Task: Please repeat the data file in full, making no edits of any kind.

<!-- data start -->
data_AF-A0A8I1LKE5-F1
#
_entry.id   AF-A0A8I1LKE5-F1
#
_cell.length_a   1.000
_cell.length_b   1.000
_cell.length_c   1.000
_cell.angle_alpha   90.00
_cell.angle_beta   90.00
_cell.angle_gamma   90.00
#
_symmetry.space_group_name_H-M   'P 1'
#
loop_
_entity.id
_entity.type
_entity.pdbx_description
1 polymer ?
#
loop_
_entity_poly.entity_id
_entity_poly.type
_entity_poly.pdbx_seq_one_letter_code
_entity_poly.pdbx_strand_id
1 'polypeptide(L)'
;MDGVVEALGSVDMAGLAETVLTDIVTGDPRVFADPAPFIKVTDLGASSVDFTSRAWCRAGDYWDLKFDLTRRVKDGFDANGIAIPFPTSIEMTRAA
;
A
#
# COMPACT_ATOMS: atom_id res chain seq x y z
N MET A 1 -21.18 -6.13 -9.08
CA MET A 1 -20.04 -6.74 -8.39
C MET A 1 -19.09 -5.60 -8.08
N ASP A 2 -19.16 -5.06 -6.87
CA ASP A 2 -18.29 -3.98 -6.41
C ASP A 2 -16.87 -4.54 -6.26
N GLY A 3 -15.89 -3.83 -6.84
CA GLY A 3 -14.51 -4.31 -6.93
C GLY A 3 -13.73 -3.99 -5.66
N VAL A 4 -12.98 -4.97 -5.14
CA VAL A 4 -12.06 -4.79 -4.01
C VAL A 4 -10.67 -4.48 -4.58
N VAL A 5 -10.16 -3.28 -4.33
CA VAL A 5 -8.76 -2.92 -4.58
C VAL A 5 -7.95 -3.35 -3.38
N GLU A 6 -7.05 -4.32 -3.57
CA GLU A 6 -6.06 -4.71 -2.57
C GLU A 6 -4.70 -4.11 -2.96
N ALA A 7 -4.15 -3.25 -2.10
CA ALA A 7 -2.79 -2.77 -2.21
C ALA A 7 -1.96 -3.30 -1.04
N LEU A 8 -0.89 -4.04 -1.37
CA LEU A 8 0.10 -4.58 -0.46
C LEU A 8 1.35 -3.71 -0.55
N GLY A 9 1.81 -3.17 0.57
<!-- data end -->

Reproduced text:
data_AF-A0A8I1LKE5-F1
#
_entry.id   AF-A0A8I1LKE5-F1
#
_cell.length_a   1.000
_cell.length_b   1.000
_cell.length_c   1.000
_cell.angle_alpha   90.00
_cell.angle_beta   90.00
_cell.angle_gamma   90.00
#
_symmetry.space_group_name_H-M   'P 1'
#
loop_
_entity.id
_entity.type
_entity.pdbx_description
1 polymer ?
#
loop_
_entity_poly.entity_id
_entity_poly.type
_entity_poly.pdbx_seq_one_letter_code
_entity_poly.pdbx_strand_id
1 'polypeptide(L)'
;MDGVVEALGSVDMAGLAETVLTDIVTGDPRVFADPAPFIKVTDLGASSVDFTSRAWCRAGDYWDLKFDLTRRVKDGFDANGIAIPFPTSIEMTRAA
;
A
#
# COMPACT_ATOMS: atom_id res chain seq x y z
N MET A 1 -21.18 -6.13 -9.08
CA MET A 1 -20.04 -6.74 -8.39
C MET A 1 -19.09 -5.60 -8.08
N ASP A 2 -19.16 -5.06 -6.87
CA ASP A 2 -18.29 -3.98 -6.41
C ASP A 2 -16.87 -4.54 -6.26
N GLY A 3 -15.89 -3.83 -6.84
CA GLY A 3 -14.51 -4.31 -6.93
C GLY A 3 -13.73 -3.99 -5.66
N VAL A 4 -12.98 -4.97 -5.14
CA VAL A 4 -12.06 -4.79 -4.01
C VAL A 4 -10.67 -4.48 -4.58
N VAL A 5 -10.16 -3.28 -4.33
CA VAL A 5 -8.76 -2.92 -4.58
C VAL A 5 -7.95 -3.35 -3.38
N GLU A 6 -7.05 -4.32 -3.57
CA GLU A 6 -6.06 -4.71 -2.57
C GLU A 6 -4.70 -4.11 -2.96
N ALA A 7 -4.15 -3.25 -2.10
CA ALA A 7 -2.79 -2.77 -2.21
C ALA A 7 -1.96 -3.30 -1.04
N LEU A 8 -0.89 -4.04 -1.37
CA LEU A 8 0.10 -4.58 -0.46
C LEU A 8 1.35 -3.71 -0.55
N GLY A 9 1.81 -3.17 0.57